Romney rouses the faithful and the curious in Salem
SALEM – Nine-year-old Brendan Bell was excited about meeting Gov. Mitt Romney.
“It was pretty cool. I got to shake the hand most likely of the next president of the United States,” he said, as he and brother Aidan, 7, were leaving Republican Presidential Candidate Romney’s rally in Salem.
The boys came from Botetourt County with their dad, Matt, to the June 26 gathering at Carter Machinery that attracted more than 1,000 supporters and a few who just wanted to be there to see what the former governor of Massachusetts had to say.
“Brendan and Aidan have watched some of the debates with me and my wife, Julie, over the summer,” explained their father. “I wanted to expose them to some more of the process.”
Against a backdrop of a battlefield-size American flag suspended from two pieces of Carter machinery and about 75 gray-uniformed Carter employees holding signs saying “Romney 4 President,” “Believe in America” and “Count on Coal,” the candidate roused the crowd of mostly middle-age and older people.
Although Republican faithful who got robo-call invitations or email ones came to show their support in a corralled area outside behind the company’s reconditioning shop, others were there out of curiosity.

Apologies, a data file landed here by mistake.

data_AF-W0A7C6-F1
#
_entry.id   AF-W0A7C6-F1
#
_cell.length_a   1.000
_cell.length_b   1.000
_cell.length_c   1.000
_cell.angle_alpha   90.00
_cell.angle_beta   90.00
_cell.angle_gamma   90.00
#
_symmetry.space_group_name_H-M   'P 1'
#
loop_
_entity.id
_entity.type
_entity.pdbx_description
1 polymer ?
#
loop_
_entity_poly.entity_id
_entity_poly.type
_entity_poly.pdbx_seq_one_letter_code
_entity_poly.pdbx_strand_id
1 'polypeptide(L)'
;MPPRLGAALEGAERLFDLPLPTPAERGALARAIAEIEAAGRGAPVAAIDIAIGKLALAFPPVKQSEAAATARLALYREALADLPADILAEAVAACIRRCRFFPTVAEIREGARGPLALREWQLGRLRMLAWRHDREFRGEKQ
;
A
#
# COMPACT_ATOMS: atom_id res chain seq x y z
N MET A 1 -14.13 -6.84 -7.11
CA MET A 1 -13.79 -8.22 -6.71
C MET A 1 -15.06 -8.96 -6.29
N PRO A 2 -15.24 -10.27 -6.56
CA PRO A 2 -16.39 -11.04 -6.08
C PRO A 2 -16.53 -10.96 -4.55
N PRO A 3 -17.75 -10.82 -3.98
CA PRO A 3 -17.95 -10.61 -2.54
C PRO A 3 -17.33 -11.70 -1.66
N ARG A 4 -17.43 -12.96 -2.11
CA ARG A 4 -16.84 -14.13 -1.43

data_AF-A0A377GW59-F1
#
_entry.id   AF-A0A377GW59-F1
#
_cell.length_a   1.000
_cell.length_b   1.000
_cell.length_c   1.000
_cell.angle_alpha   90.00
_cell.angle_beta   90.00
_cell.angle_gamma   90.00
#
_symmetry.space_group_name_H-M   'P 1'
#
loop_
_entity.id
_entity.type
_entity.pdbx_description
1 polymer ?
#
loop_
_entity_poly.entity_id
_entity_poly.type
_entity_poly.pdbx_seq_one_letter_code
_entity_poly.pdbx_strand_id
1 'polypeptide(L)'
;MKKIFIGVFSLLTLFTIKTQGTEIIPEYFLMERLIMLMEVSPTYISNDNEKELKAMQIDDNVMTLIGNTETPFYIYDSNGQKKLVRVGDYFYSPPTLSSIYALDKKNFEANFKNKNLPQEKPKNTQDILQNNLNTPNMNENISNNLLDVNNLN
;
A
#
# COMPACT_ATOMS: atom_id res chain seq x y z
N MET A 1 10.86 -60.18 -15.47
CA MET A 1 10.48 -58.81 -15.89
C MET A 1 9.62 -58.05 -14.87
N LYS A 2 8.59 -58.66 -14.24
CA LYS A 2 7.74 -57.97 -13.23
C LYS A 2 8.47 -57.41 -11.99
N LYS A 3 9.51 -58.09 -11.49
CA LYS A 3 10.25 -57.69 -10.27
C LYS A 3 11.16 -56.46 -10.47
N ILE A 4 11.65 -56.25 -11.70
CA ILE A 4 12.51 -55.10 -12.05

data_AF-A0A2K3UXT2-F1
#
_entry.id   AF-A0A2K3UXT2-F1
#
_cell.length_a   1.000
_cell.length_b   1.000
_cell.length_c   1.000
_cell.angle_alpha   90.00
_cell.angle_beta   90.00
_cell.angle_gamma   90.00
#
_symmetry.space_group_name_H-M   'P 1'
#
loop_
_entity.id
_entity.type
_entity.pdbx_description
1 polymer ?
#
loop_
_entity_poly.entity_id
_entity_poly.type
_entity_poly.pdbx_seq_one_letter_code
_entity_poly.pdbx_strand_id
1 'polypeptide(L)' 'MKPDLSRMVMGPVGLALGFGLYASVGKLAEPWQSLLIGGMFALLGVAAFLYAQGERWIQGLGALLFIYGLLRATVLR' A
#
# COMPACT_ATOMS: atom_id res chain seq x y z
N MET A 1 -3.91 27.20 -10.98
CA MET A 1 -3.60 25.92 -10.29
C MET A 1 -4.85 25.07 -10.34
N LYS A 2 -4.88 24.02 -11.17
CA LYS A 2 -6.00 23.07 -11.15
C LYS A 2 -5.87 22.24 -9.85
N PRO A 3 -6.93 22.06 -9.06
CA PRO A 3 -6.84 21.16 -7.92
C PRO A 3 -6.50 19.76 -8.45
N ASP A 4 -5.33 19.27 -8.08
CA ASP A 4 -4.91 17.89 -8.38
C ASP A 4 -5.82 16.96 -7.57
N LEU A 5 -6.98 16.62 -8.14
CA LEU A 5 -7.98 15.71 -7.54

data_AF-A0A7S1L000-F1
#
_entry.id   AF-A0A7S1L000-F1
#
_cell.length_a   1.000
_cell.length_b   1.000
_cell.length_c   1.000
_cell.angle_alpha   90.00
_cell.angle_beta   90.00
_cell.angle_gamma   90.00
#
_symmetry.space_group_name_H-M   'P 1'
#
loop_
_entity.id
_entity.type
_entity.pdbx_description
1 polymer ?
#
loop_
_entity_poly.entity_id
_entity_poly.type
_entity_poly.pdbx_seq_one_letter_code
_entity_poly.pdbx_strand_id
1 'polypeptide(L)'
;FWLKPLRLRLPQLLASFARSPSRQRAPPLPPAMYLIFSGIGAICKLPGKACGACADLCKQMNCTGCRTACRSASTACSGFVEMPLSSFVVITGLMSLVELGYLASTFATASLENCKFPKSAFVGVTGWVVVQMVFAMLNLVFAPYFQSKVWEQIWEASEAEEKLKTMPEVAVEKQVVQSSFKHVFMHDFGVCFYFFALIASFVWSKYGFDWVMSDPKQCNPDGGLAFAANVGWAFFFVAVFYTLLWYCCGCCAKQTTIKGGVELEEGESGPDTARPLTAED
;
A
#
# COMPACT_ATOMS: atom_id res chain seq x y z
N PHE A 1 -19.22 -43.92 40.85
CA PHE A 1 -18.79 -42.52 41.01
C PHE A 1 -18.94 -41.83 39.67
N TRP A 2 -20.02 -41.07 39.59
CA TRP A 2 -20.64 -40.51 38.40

“I came to see how it all works,” said Robin Scott of Roanoke, who was there with friend Gip Brown of Salem. He came in support of 9th District Congressman Morgan Griffith of Salem who only five days before asked Carter Machinery about hosting the gathering, according to Carter Marketing Director Sam Hampton.
It was coal that brought Romney to Carter Machinery, with the help of Griffith. “We have a very tight connection with the coal industry,” explained Hampton, who lives in Cave Spring. “Our equipment is at the center of making sure coal gets moved in and out of that area. Gov. Romney is going to be talking about energy and small business,” Hampton added. “We were the perfect match for this campaign stop.”
He credited the more-than 300 Carter employees with making the day. “They’ve bent over backwards,” said Hampton, who explained the company had shut down operations for the day. It’s certainly worth it to be able to host the opportunity for Gov. Romney.”